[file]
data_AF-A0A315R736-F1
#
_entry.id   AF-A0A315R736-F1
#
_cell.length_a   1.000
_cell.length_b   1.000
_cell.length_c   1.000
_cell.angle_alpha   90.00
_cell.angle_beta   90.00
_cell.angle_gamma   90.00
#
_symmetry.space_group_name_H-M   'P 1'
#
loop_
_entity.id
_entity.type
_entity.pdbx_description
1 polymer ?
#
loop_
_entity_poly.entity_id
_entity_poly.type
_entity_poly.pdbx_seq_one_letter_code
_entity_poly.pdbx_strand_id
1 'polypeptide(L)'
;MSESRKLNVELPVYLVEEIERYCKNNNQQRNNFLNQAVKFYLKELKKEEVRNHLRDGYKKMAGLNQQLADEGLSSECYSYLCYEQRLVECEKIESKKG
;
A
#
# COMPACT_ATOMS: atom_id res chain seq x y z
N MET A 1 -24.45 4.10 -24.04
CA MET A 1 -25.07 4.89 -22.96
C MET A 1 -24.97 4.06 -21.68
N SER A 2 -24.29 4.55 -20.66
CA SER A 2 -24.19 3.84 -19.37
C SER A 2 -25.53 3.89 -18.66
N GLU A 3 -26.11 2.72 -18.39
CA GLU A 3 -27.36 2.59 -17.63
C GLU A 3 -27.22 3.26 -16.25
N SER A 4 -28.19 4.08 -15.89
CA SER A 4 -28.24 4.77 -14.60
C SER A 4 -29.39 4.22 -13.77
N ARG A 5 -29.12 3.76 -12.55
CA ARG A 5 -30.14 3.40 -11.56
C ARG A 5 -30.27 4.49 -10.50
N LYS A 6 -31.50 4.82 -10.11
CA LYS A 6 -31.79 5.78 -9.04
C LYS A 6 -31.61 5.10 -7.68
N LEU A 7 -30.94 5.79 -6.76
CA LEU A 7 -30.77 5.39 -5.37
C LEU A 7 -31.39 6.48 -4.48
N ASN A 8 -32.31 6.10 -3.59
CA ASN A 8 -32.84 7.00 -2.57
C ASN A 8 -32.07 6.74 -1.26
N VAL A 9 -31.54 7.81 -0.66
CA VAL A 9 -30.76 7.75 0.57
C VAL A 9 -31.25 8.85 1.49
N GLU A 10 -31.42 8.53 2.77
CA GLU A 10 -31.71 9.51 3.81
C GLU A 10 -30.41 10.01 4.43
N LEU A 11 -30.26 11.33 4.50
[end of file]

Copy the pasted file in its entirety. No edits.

data_AF-A0A315R736-F1
#
_entry.id   AF-A0A315R736-F1
#
_cell.length_a   1.000
_cell.length_b   1.000
_cell.length_c   1.000
_cell.angle_alpha   90.00
_cell.angle_beta   90.00
_cell.angle_gamma   90.00
#
_symmetry.space_group_name_H-M   'P 1'
#
loop_
_entity.id
_entity.type
_entity.pdbx_description
1 polymer ?
#
loop_
_entity_poly.entity_id
_entity_poly.type
_entity_poly.pdbx_seq_one_letter_code
_entity_poly.pdbx_strand_id
1 'polypeptide(L)'
;MSESRKLNVELPVYLVEEIERYCKNNNQQRNNFLNQAVKFYLKELKKEEVRNHLRDGYKKMAGLNQQLADEGLSSECYSYLCYEQRLVECEKIESKKG
;
A
#
# COMPACT_ATOMS: atom_id res chain seq x y z
N MET A 1 -24.45 4.10 -24.04
CA MET A 1 -25.07 4.89 -22.96
C MET A 1 -24.97 4.06 -21.68
N SER A 2 -24.29 4.55 -20.66
CA SER A 2 -24.19 3.84 -19.37
C SER A 2 -25.53 3.89 -18.66
N GLU A 3 -26.11 2.72 -18.39
CA GLU A 3 -27.36 2.59 -17.63
C GLU A 3 -27.22 3.26 -16.25
N SER A 4 -28.19 4.08 -15.89
CA SER A 4 -28.24 4.77 -14.60
C SER A 4 -29.39 4.22 -13.77
N ARG A 5 -29.12 3.76 -12.55
CA ARG A 5 -30.14 3.40 -11.56
C ARG A 5 -30.27 4.49 -10.50
N LYS A 6 -31.50 4.82 -10.11
CA LYS A 6 -31.79 5.78 -9.04
C LYS A 6 -31.61 5.10 -7.68
N LEU A 7 -30.94 5.79 -6.76
CA LEU A 7 -30.77 5.39 -5.37
C LEU A 7 -31.39 6.48 -4.48
N ASN A 8 -32.31 6.10 -3.59
CA ASN A 8 -32.84 7.00 -2.57
C ASN A 8 -32.07 6.74 -1.26
N VAL A 9 -31.54 7.81 -0.66
CA VAL A 9 -30.76 7.75 0.57
C VAL A 9 -31.25 8.85 1.49
N GLU A 10 -31.42 8.53 2.77
CA GLU A 10 -31.71 9.51 3.81
C GLU A 10 -30.41 10.01 4.43
N LEU A 11 -30.26 11.33 4.50